The widening Saudi-Iran divide

The widening Saudi-Iran divide

 

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The conflict between Saudi Arabia and Iran marks a deepening division between regional powers and international hegemons in the Persian Gulf. The Saudis and Iranians have to learn to cooperate or risk further confrontation.

 

Via thecairoreview.com

New regional and international coalitions are forming with respect to the Middle East and Persian Gulf. An alliance of Donald Trump-led America, Israel, Saudi Arabia, and the United Arab Emirates faces a new coalition of Iran, Russia, Iraq, Bashar Al-Assad controlled-Syria, Hezbollah and grassroots regional forces such as the Popular Mobilization Forces in Iraq and the Syrian Defense Forces.

The geopolitical competition between these opposing sides can more specifically be described as between the regional states seeking U.S. security guarantees and the creation and consolidation of a U.S.-led regional security order, and those states – such as Iran, Russia, and Syria – who despite their interests not wholly aligning on all fronts, have the overlapping strategic aim of fostering a multipolar regional order where they each have greater autonomy.

The Persian Gulf is consequently among the most significant geopolitical theaters in the world and will decide the fate of the global order. The chief rivalry in the region – between Saudi Arabia and Iran – is in fact a proxy for the competition between states seeking multipolarity (Iran) and those seeking to bandwagon off continued U.S. regional and global hegemony (Saudi Arabia).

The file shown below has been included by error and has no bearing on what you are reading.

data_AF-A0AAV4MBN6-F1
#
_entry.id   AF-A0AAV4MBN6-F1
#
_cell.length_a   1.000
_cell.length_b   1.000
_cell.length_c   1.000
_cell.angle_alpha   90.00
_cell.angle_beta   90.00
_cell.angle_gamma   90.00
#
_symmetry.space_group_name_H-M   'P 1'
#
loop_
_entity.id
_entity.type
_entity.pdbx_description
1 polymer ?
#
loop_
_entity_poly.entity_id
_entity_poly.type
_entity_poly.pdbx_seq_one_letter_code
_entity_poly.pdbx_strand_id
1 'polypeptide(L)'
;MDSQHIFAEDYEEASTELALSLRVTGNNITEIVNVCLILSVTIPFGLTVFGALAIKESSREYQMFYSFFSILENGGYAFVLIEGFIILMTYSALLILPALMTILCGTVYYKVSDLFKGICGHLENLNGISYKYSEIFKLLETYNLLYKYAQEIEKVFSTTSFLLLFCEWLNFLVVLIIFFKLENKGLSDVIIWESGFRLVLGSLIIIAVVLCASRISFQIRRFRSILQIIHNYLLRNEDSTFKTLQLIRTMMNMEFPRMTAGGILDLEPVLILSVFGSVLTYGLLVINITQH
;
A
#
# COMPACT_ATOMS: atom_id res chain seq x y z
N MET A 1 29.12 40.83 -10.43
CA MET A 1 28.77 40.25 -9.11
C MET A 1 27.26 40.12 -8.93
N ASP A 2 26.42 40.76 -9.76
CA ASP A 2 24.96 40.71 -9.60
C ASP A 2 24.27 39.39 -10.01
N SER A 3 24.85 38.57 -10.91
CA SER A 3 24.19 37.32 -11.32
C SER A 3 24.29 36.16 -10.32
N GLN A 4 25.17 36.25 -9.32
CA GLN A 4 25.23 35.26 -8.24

The regional powers of Iran, Saudi Arabia, Turkey, Egypt, and Israel and two global powers of Russia and the United States are the two consequential regional and international set of actors deciding the region’s fate. More specifically, the rivalry between Saudi Arabia and Iran is among the most significant factors affecting the future of the Middle East, especially the Persian Gulf.

A Changing Power Alignment Changing political and economic realities have forced the United States to be more active outside of the Middle East and Persian Gulf. This has opened a new space for diplomatic transitions and transformations across the Middle East and North Africa (MENA) region in which the Iran–Saudi divide appears to be the primary conflict.

Read more at thecairoreview.com

 

Photo credit
Iranian protesters during a demonstration at Saudi Arabia’s embassy in Tehran, Jan. 2, 2016. Mehdi Ghasemi/TIMA/Reuters

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